Archive for January, 2011

Graded bedding is one of my favorite features to find in rocks when out hiking. In the rock are details of paleo-orientation (which way was originally up) and what the depositional environment was like. The basic concept to understand is that the heavier/larger sediments settle out first while being deposited and the lighter/smaller sediments settle on top. As I was digging through my fridge to find lunch another geologic food analogy dawned on me. Caesar Dressing is graded bedding! Not the creamy kind though. Next time you get a chance grab a bottle of Caesar dressing and shake it up; this will act as the turbidity current. Over the next few minutes watch as the heavier “sediments” like the salts settle to the bottom of the bottle first. Then watch as the next layer of intermediate sediments like romano cheese, anchovy bits, and spices settle, and finally the vinegars and oils settle on top.

Below are a few quick pictures I took of this process. The last one is annotated to really show the effect.



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Aerial Pictures

One of the few enjoyments I get out of flying is looking out of the window at the wide array of landscapes. Flying at 30,000 feet gives me a perspective I don’t often get to experience. Traveling out to southern California in particular gives the window seat a view of rivers, mountains, plains, desert, canyons, and more mountains all in one trip. A few years ago I received a book of photography of many different geologic features taken by a man piloting a two seat prop plane. While my iPhone may not convey the majesty as well as the professionals, here are a few pictures I took this past week from my window seat that I enjoyed.

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Ice Breccia

Today I am in Los Angeles enjoying the beautiful 70 degree weather and sunshine. But last week along the Billy Goat Trail in Maryland I took the picture below. In it the ice sheet had fractured and refrozen with the previous fractured pieces as inclusions. Borrowing a term from John McPhee I am going to call this one: self-containing ice breccia.

Stay warm everyone.

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Norway vs. DC

Today we are going to play a little game of guess the locality. Lucky for you there are only two choices: Norway or Washington D.C. The pictures from Norway are going to be from the village of Geiranger that has been mentioned here before, and the D.C. pictures are from the Billy Goat Trail technically in Maryland upriver from the capital.

What ties these two locations together is they were both formed under similar processes at approximately the same time. The mountains found in Norway are the eastern cousins of the Appalachians. The Norwegian mountains formed during the Caledonian orogenies, which occurred in phases much like the Appalachians. The first phase is known as the Finnmarkian where an island arc or small microcontinent collided with what is now Norway. Around the same time, a volcanic island arc collided with North America during the Taconian Orogeny. The effects of both events metamorphosed the rock and folded the different layers. It is up to you to determine which picture uses the dollar or the krona.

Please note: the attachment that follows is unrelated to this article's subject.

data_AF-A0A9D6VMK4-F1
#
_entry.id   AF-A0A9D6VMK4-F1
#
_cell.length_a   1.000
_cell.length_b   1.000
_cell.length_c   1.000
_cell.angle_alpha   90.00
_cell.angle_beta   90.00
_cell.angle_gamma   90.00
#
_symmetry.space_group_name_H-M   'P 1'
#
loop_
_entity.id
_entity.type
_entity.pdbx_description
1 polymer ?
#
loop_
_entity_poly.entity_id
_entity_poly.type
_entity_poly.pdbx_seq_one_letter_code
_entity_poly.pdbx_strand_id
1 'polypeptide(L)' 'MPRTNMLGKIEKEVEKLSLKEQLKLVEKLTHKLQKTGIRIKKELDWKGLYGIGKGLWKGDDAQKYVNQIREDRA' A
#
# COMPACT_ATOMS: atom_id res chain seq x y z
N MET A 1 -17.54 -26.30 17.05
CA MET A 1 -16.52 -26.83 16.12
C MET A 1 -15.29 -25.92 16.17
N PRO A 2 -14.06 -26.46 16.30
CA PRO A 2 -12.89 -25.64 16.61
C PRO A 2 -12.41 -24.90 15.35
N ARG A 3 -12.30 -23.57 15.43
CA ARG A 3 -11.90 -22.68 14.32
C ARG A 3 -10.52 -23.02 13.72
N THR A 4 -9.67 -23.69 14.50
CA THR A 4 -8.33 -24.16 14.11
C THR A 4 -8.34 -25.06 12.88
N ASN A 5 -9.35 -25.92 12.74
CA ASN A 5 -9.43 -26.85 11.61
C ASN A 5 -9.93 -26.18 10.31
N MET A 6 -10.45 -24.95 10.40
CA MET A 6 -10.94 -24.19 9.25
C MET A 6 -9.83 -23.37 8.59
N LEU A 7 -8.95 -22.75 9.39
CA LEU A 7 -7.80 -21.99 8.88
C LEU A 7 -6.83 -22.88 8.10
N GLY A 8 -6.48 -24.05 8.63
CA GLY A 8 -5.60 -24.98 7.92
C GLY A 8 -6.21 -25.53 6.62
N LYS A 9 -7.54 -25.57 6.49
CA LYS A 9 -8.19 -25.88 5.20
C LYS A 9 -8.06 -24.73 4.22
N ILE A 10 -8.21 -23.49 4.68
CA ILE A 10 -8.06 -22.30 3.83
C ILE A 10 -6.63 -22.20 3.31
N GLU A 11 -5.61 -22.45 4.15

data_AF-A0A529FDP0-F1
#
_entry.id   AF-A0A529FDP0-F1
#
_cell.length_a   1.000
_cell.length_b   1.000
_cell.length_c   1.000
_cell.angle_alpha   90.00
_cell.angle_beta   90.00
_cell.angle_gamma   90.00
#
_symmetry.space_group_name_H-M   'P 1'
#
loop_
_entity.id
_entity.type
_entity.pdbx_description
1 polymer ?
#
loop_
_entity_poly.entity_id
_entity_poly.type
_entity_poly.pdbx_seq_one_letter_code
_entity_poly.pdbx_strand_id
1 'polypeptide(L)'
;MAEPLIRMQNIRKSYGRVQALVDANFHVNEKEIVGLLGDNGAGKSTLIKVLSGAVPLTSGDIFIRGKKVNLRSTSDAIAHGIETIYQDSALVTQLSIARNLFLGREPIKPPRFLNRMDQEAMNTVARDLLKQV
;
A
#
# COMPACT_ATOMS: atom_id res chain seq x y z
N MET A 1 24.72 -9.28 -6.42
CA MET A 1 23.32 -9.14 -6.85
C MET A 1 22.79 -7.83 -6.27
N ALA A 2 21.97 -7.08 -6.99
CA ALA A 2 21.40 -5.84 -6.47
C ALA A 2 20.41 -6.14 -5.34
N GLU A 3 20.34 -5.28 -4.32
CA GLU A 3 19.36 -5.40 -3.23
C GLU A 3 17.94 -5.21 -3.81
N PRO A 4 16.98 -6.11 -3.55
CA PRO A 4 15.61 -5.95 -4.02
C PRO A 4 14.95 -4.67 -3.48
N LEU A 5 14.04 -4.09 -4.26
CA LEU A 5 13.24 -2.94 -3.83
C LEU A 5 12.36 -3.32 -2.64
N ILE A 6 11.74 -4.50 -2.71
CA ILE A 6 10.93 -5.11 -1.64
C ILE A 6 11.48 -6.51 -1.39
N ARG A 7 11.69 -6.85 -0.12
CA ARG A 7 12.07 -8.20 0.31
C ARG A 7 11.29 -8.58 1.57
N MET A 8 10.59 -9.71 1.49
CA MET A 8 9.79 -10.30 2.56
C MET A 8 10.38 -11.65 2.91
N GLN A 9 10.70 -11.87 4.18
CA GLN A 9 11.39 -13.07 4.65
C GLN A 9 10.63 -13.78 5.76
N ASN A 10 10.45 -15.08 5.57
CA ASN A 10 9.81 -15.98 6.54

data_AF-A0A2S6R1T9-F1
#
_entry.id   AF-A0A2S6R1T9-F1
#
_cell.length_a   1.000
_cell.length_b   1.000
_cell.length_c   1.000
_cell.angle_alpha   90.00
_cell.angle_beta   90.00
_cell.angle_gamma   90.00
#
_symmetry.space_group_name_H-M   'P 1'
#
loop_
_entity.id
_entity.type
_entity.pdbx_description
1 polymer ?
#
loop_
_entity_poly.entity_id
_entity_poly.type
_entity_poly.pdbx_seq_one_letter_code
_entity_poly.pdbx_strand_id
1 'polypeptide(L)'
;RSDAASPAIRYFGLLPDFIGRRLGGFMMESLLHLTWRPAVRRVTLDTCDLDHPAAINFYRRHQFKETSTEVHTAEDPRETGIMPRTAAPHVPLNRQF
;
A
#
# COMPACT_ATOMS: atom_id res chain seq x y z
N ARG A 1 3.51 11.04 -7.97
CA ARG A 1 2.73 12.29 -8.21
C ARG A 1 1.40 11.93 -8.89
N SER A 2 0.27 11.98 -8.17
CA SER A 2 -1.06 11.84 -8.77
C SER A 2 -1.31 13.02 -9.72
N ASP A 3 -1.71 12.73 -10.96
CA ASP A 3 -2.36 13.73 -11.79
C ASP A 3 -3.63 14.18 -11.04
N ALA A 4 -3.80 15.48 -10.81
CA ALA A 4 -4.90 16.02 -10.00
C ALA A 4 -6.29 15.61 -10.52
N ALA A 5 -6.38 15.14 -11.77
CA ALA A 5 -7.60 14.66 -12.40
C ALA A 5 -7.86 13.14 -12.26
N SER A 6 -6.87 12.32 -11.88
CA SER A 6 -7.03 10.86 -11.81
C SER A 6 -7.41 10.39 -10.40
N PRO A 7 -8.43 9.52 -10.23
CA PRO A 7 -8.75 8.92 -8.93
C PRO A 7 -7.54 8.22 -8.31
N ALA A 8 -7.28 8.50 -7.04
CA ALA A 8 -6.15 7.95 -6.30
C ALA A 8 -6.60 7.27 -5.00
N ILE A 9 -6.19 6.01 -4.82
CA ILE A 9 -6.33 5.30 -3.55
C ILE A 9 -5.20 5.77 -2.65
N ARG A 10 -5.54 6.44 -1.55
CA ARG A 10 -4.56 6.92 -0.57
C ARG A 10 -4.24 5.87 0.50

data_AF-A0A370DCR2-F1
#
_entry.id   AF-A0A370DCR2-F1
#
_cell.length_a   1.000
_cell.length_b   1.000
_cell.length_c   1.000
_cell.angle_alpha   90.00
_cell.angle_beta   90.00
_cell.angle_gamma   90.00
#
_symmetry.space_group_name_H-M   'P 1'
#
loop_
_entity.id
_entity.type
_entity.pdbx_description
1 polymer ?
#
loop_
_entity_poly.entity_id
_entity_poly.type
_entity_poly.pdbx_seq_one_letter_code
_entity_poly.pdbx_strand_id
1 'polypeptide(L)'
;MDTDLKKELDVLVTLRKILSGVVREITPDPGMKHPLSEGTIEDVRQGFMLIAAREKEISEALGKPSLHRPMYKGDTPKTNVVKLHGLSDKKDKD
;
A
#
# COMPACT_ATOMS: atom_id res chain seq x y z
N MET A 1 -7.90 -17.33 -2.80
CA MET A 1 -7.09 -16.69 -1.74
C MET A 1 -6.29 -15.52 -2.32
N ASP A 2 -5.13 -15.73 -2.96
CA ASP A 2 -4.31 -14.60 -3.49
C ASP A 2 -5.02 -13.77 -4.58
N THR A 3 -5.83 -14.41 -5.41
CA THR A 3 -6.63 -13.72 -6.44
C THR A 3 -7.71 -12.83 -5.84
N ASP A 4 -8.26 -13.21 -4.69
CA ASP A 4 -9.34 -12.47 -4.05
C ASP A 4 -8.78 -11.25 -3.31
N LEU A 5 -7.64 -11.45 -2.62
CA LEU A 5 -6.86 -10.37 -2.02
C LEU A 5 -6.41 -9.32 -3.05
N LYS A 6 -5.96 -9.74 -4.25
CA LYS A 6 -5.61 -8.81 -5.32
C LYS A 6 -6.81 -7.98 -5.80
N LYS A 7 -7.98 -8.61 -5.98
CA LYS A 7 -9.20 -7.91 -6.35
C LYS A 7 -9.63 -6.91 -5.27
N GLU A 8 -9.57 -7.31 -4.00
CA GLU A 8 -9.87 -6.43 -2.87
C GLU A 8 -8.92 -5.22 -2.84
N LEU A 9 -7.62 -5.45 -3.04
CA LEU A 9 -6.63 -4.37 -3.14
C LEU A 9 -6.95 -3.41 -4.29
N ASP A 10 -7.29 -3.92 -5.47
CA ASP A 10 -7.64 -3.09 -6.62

Let’s begin!

For you wanna be cheaters out there, I used the same sense of scale in each photo and blackened out the reflection to hide any clues.






If you would like to have a guess, please post your answers in the comments section. I will post the answers there in a few days. Good luck, and I hope you enjoy.

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Great Quote

The following quote was brought to my attention by my father. It is from the author Simon Winchester while discussing volcanoes:

“…man lives on this planet subject to geological consent which can be withdrawn at any time.”

Though somewhat depressing from a personal/survivalist point of view it is true. To me the grand scale of time that makes geology incredibly fascinating also forces us to understand our own mortality. Added with the ever changing surface processes such as volcanoes, earthquakes, landslides, etc. my sense of indestructible dominance is compromised.

All of this reminds me of another quote, or series of quotes. This time from George Carlin.

“the planet has been through a lot worse than [humans]…it’s not going anywhere. We are.”

“…the planet probably sees [humans] as a mild threat, something to be dealt with, and I’m sure the planet will defend itself”

But this is not meant to be a downer. The very reasons we as a species are susceptible to Earth’s dynamic past are why people like me choose to study or better understand it. Big scary explosions are exciting. It’s why we keep going to the movies.

I am going to wrap up with one last quote from John Playfair after first comprehending the geologic time scale as described to him by James Hutton at Siccar Point, Scotland:

“the mind seemed to grow giddy by looking so far into the abyss of time”

*If you would like to read the rest of the Simon Winchester article where he discusses literary works, here is the link:

*If you would like to watch the entire George Carlin bit, here is the link to that:

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